Browse Tag

Al Nicholls

Comet Combo (the)

Comet Combo (the) – Race With The Devil

El Dandy Records – DR-007 [2023]
I Sure Miss You – Race With the Devil / Woman In Black – Incinerator

the Comet Combo

The Comet Combo is a supergroup formed by Al Nicholls (the Big Six, the Big Town Playboys) on sax, Ricky Lee Brawn (the Big Six, the Stargazers, the Space Cadets and a whole lot more) on drums, Peter Davenport and Tim Purkess (both from the Stargazers) respectively on guitar and double bass and Cliff Edmonds. (the Avengers) on vocals. Dave Brown (Darrel Higham, Rusti Steel) guests on a few tracks. Edmonds is well-known for being a huge Gene Vincent fan and recorded (see or rather hear the album he recorded with the Virginians – including Ricky Lee Brawn -for Vampirella). The other four have played together or separately in the best Big Beat bands in the UK. This Ep is the exact combination of these two major influences. The band took three carefully chosen Gene Vincent covers (two from the Capitol years and one from the end of his career) and turned them into Bill Haley-typed songs, albeit with an unmistakable British feel, so maybe Tony Crombie, too. A fourth tune, an instrumental penned by Brawn, completes the set.
The result is perfect from start to finish and highly danceable (even for a non-dancer like me). Not only does this reappropriation work terribly well (who could have guessed?), but as you can imagine, with musicians of this pedigree, the musicianship is top-notch. From Nicholls’ sax to Davenport’s guitar, which is both Jazzy and Rock’n’Roll simultaneously, backed by the hot groove delivered by Brawn and Purkess, you can’t go wrong. This is the perfect support for Edmonds’ solid vocals. Rock’n’Roll seems to be a simple genre in appearance, which is why Bill Haley doesn’t have the recognition he deserves, in my opinion. But you need top-notch musicians to make it work (don’t forget that Haley’s Comets previously played in jazz bands, including the likes of Benny Goodman). This is what we have here: high-calibre musicians and singers playing the hottest Rock’n’roll, and the result is like a well-oiled machine or the musical equivalent of a perfectly crafted piece of marquetry where each piece fits precisely into the other.
There are two bonus tracks (from Davenport and Brawn) on the CD.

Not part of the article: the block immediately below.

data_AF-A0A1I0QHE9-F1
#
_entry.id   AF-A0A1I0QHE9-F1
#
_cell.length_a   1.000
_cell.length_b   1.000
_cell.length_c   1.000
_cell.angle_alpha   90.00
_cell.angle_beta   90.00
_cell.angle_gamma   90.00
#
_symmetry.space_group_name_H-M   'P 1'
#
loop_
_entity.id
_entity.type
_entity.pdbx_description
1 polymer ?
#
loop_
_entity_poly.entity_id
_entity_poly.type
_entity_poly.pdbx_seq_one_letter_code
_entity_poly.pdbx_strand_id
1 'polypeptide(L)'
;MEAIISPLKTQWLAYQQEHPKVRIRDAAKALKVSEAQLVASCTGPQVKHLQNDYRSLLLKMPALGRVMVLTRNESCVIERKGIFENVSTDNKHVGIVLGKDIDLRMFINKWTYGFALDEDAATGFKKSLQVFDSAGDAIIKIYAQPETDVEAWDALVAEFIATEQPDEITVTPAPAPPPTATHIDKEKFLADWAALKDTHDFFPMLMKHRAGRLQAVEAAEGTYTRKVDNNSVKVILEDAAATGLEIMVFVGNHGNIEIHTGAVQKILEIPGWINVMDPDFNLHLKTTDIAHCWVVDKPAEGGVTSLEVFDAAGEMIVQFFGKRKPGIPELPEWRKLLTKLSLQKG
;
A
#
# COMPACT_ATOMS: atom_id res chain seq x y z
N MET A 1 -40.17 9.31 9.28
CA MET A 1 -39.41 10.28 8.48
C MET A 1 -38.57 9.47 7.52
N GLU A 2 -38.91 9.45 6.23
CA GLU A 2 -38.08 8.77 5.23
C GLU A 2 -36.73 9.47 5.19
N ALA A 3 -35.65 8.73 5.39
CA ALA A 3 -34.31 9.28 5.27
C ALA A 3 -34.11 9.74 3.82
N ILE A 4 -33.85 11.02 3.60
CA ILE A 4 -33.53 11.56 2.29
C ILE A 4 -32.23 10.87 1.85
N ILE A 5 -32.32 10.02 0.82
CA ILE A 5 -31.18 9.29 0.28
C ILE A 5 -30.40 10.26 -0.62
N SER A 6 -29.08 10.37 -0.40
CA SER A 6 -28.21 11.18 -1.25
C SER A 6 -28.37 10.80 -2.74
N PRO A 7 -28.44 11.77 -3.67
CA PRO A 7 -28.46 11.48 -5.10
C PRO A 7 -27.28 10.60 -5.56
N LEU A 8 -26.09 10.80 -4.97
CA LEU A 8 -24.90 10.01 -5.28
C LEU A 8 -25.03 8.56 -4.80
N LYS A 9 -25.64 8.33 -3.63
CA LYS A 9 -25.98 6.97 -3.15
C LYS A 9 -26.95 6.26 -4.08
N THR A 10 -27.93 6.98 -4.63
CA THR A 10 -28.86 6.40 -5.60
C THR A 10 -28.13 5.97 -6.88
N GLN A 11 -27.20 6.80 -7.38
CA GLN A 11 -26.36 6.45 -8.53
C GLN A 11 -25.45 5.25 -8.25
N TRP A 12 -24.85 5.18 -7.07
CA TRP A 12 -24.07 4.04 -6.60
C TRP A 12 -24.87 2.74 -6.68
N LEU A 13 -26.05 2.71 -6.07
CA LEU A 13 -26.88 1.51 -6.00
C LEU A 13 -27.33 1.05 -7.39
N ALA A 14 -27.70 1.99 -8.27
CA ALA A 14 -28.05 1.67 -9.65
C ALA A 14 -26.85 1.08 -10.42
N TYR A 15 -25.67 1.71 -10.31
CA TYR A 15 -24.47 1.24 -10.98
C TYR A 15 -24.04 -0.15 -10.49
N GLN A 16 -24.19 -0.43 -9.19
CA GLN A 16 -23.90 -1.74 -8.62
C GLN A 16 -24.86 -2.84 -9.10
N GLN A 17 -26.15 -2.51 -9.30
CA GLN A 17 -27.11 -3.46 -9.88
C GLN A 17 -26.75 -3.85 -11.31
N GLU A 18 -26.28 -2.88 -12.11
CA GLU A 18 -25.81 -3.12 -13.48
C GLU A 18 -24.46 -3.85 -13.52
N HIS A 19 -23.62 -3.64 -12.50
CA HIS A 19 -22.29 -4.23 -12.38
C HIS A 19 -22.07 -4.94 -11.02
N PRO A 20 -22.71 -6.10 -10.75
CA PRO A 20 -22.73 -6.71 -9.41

El Dandy Records

Fred ”Virgil” Turgis

Big Six (the)

Big Six

Big Six (the) – Don’t Stop… ROCK!

Rhythm Rock-It EPPR5 [2019]
20th Century Boy – We The Boys Will Rock Ya – Sombrero – Blue Moon – Lady Of Nagoya – Tell Me Baby – Out Tonight – At Last – Mama We’re All Crazee Now – Cold Feet – Are You Ready To Rock – Sh-Boom – Master Blaster – Groovey Geezer – All Of Me – Come Back Baby – West Coast Jive – Rock The Island – New Orleans – Get Off It and Rock It – No Way Out – Everybody Groove – Tiger Feet – Rocket Ship To The Moon – All Night Long

Shortly after he left the Stargazers in 1994, Ricky Lee Brawn went on to form two supergroups featuring the cream of the crop of the British rocking’ scene: the Space Cadets and the Big Six.
Both bands featured Anders Janes his partner in crime in the Stargazers. The Space Cadets and the Big Six released numerous albums, mostly on Vinyl Japan, and now sadly out of print. But in 2012 Janes released a best-of album of the Space Cadets on his label Rhythm-Rock-It. And while the band played its last show at Viva Las Vegas before an indefinite break appeared “Don’t Stop… ROCK!” the very best of the Big Six.
I can hear the younger ones ask: “Why are the Big Six so special?” Well, let me just tell you that the band was formed, in addition to Brawn and Janes by Mike Sanchez (Big Town Playboys) on piano, Nick Lunt and Al Nicholls (both also from the Big Town Playboys) on saxes and the one and only (or dare I say the one and crazy) Pat Reyford from Sugar Ray Ford on vocals and guitar.
Their music is a mix of various influences, all mixed to make a highly danceable and rocking cocktail. Every track here is a winner and is sure to make you wriggle, tap your feet and clap your hands.
You’ll find a good dose of Glam Rock sprinkled with Rockabilly. Listen to the guitar part on T-Rex’s 20th Century Boys. Doesn’t it sound like Paul Burlison (or Grady Martin) in the Johnny Burnette Rock’n’roll trio? And Mud’s Tiger feet and Slade’s Mama Weer All Crazy Now should be learned by every young cat who tries to master the art of double bass.
Rocksteady and early ska influences are present in some songs, including a new version of the Stargazers’ Rocketship to the Moon. It has to be said that Brawn’s vintage production works very well for that stuff. Tunes like Janes’ Cold Feet and Come Back Baby seem to come straight from Studio One in Jamaica.
There’s a bit of Latin too (Sombrero), an amazing cover of the Jazz standard All of Me featuring hot solos, plenty of Rock’n’roll everywhere as well as superb Rhythm’n’Blues (Reyford’s Tell Me Baby, All Night Long, or Master Blaster.)
If you don’t own the original albums, I can only recommend you to jump on this best-of. And if you already have them, buy it too, for it comes in a superbly designed digipack.
But be warned! If you try to dance on every track of this album, you may suffer from serious exhaustion.

Buy it here.

Fred “Virgil” Turgis